Eli Lilly became the latest stock to sink in reaction to bad news, as its Alzheimer’s drug Solanezumab failed to improve losses in cognition in late-stage clinical trials. The stock dropped more than 10 percent in one trading session, as Lilly decided to pull the plug on the drug and not seek FDA approval. Further, Lilly said they’d have to reevaluate their entire portfolio of potential Alzheimer’s drugs. Solanezumab was touted as a promising drug that might have been a powerful weapon against the formation of amyloid plaques that form in the brain—slowly killing brain cells and leading to loss of cognition, memory, and the ability to do day-to-day tasks. The collateral damage hit other drug companies that had a stake in the amyloid hypothesis, including Biogen and Merck. Both stocks opened dramatically lower when Lilly’s news was announced last week. But Merck and Biogen both recovered well above their intra-day lows. Over the intermediate term, Merck is trading very close to 52 week highs. However, Biogen suffered a steep decline from $400 a share to about $250 during the 2015-2016 biotechnology bear market but is now trading back above $300.
The failure of Solanezumab spilled over into other drugs currently in development, as investors feared that Aducanumab (Biogen’s amyloid drug) and Crenezumab (Merck’s Amyloid candidate) would also meet with disappointing results when their trial data were released. However, RBC Capital’s Michael Yee was quick to point out that Biogen’s antibody is very different than Lilly’s failed drug, and in late clinical trials showed reduced amyloid plaque formation in brain imaging.
The pharmaceutical industry and Wall Street analysts believe that any effective Alzheimer’s drug has the potential for super blockbuster status of $5 billion or more. With Lilly bowing out of the competition, the field will be left to a few other companies.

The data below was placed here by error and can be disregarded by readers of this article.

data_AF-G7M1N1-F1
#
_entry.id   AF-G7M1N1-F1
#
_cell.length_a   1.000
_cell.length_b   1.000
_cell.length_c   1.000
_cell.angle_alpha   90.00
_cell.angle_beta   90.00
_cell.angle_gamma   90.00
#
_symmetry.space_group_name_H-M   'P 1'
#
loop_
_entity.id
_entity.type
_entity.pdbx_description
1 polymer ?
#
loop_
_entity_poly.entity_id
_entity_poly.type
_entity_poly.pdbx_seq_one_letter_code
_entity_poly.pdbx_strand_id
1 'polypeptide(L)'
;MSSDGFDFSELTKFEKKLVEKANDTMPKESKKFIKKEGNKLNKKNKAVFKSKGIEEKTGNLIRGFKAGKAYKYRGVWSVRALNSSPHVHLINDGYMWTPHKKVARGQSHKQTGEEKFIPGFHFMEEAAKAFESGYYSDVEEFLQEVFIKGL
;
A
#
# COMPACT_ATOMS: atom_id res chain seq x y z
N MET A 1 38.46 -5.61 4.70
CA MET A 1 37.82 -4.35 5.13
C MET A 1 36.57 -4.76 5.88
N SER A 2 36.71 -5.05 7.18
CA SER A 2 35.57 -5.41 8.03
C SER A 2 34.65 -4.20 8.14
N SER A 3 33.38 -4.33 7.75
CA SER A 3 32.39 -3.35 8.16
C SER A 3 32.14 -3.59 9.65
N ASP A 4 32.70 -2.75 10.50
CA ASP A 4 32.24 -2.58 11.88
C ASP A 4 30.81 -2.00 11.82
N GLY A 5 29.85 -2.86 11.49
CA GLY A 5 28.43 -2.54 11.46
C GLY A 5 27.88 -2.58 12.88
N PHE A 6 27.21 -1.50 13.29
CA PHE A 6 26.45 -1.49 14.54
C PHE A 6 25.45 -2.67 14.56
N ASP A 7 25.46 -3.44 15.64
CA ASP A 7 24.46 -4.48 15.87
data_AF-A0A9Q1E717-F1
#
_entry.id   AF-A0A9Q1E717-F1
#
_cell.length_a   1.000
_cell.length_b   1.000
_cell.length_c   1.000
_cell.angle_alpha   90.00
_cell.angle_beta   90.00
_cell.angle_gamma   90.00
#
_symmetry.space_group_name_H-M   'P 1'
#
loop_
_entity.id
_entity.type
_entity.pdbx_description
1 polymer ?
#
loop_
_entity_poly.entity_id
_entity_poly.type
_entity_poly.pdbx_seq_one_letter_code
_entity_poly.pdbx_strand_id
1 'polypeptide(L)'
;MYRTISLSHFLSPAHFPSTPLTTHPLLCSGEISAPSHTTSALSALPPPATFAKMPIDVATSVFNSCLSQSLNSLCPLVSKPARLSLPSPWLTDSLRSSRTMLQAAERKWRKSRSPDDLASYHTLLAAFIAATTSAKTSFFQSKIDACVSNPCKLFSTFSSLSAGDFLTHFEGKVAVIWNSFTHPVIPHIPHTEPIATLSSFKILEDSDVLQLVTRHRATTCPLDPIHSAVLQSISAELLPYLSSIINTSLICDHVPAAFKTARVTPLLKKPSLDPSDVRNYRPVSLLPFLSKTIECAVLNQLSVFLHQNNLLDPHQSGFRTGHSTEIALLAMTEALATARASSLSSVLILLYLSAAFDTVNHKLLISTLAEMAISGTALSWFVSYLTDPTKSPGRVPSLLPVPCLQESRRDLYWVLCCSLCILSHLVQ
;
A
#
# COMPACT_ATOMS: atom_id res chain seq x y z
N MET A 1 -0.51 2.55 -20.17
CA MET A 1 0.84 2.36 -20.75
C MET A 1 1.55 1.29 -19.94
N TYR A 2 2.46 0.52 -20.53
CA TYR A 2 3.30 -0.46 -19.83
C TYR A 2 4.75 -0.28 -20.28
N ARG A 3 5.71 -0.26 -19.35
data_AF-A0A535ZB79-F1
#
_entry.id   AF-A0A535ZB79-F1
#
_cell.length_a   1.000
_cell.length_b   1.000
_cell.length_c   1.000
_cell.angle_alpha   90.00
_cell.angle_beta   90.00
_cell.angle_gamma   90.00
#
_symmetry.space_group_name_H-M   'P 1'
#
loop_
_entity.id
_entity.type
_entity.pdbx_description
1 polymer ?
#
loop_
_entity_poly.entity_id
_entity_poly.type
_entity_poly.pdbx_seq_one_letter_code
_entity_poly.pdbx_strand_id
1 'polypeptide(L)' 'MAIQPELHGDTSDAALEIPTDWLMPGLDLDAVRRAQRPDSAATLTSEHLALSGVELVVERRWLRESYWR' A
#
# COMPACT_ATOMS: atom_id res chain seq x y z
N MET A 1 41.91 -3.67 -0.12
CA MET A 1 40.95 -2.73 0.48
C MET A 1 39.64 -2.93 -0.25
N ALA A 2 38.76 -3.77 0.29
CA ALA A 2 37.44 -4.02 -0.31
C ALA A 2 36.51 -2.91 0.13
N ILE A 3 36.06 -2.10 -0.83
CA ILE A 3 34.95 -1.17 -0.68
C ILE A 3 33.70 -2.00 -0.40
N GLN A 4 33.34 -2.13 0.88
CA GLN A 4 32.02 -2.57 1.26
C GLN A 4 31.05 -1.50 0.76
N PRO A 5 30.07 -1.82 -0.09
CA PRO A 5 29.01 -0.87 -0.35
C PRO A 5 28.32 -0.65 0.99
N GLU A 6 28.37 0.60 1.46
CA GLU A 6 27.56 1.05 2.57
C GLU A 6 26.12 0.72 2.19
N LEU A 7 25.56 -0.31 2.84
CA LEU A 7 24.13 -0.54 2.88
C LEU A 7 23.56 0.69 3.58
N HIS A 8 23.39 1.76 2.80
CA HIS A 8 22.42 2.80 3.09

In addition to the theory that Amyloid plaque leads to Alzheimer’s disease, there is another theory that states Tau proteins or Tau “Tangles” might also cause the death of brain cells. (The Tau tangles prevent normal transport of molecules along the nerve cell body, leading to eventual death). Some believe both Amyloid and Tau are involved in the process that gradually leads to brain cell death (see Figure 1 below). Clearly, we are still early in the game, and while Merck and Biogen may hold great promise at this point, there is much work to be done. Fortunately government and corporations realize the importance and have placed many drugs on fast-track designation, and plowed a significant sum of research money into the effort.
Currently 5 million people suffer from Alzheimer’s disease and it’s estimated that 13 million will have the disease by 2050. Given the costs to treat Alzheimer’s patients and the number of years they live, the financial ramifications are stupendous. This could explain why the NIH will funnel nearly $900 million into Alzheimer’s research efforts in 2017, up from $600 million in 2016. With the stakes so high, it’s encouraging to know that despite Lilly’s failed trial, other companies will carry on in the fight.
Disclaimer: In Sickness and Wealth owns shares of Merck stock and is closely evaluating Biogen for potential purchase. We do not hold shares in Eli Lilly.